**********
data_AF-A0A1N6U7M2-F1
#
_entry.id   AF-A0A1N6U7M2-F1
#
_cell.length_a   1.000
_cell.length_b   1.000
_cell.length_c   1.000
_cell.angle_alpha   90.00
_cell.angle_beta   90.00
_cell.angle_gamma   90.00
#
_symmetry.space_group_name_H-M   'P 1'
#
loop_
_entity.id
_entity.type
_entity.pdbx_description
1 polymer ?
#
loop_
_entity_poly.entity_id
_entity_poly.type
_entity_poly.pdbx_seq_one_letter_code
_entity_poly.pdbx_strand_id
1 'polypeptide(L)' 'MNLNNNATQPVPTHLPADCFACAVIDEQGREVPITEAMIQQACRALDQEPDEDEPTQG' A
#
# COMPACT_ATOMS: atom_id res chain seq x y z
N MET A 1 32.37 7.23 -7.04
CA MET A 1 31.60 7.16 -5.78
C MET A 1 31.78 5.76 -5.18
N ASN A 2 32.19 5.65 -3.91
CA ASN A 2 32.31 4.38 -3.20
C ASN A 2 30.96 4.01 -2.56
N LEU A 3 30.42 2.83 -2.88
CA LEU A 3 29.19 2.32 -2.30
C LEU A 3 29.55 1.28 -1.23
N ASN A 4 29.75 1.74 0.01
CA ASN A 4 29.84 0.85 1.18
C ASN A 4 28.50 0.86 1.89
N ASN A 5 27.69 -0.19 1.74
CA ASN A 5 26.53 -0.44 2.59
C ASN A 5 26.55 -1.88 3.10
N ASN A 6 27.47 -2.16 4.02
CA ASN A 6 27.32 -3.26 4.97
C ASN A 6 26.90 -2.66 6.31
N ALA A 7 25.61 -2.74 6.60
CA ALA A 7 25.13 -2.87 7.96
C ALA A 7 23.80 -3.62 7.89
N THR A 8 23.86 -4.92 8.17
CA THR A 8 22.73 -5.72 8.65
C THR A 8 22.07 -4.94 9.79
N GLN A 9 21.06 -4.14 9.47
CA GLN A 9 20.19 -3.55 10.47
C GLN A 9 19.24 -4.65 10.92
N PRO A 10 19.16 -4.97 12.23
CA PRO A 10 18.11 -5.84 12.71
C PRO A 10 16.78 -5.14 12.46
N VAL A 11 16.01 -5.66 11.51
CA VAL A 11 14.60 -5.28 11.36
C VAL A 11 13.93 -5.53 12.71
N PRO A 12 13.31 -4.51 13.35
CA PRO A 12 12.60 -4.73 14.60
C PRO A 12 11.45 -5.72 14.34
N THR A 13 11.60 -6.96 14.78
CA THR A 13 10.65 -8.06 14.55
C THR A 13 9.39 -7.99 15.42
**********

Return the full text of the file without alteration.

data_AF-A0A1N6U7M2-F1
#
_entry.id   AF-A0A1N6U7M2-F1
#
_cell.length_a   1.000
_cell.length_b   1.000
_cell.length_c   1.000
_cell.angle_alpha   90.00
_cell.angle_beta   90.00
_cell.angle_gamma   90.00
#
_symmetry.space_group_name_H-M   'P 1'
#
loop_
_entity.id
_entity.type
_entity.pdbx_description
1 polymer ?
#
loop_
_entity_poly.entity_id
_entity_poly.type
_entity_poly.pdbx_seq_one_letter_code
_entity_poly.pdbx_strand_id
1 'polypeptide(L)' 'MNLNNNATQPVPTHLPADCFACAVIDEQGREVPITEAMIQQACRALDQEPDEDEPTQG' A
#
# COMPACT_ATOMS: atom_id res chain seq x y z
N MET A 1 32.37 7.23 -7.04
CA MET A 1 31.60 7.16 -5.78
C MET A 1 31.78 5.76 -5.18
N ASN A 2 32.19 5.65 -3.91
CA ASN A 2 32.31 4.38 -3.20
C ASN A 2 30.96 4.01 -2.56
N LEU A 3 30.42 2.83 -2.88
CA LEU A 3 29.19 2.32 -2.30
C LEU A 3 29.55 1.28 -1.23
N ASN A 4 29.75 1.74 0.01
CA ASN A 4 29.84 0.85 1.18
C ASN A 4 28.50 0.86 1.89
N ASN A 5 27.69 -0.19 1.74
CA ASN A 5 26.53 -0.44 2.59
C ASN A 5 26.55 -1.88 3.10
N ASN A 6 27.47 -2.16 4.02
CA ASN A 6 27.32 -3.26 4.97
C ASN A 6 26.90 -2.66 6.31
N ALA A 7 25.61 -2.74 6.60
CA ALA A 7 25.13 -2.87 7.96
C ALA A 7 23.80 -3.62 7.89
N THR A 8 23.86 -4.92 8.17
CA THR A 8 22.73 -5.72 8.65
C THR A 8 22.07 -4.94 9.79
N GLN A 9 21.06 -4.14 9.47
CA GLN A 9 20.19 -3.55 10.47
C GLN A 9 19.24 -4.65 10.92
N PRO A 10 19.16 -4.97 12.23
CA PRO A 10 18.11 -5.84 12.71
C PRO A 10 16.78 -5.14 12.46
N VAL A 11 16.01 -5.66 11.51
CA VAL A 11 14.60 -5.28 11.36
C VAL A 11 13.93 -5.53 12.71
N PRO A 12 13.31 -4.51 13.35
CA PRO A 12 12.60 -4.73 14.60
C PRO A 12 11.45 -5.72 14.34
N THR A 13 11.60 -6.96 14.78
CA THR A 13 10.65 -8.06 14.55
C THR A 13 9.39 -7.99 15.42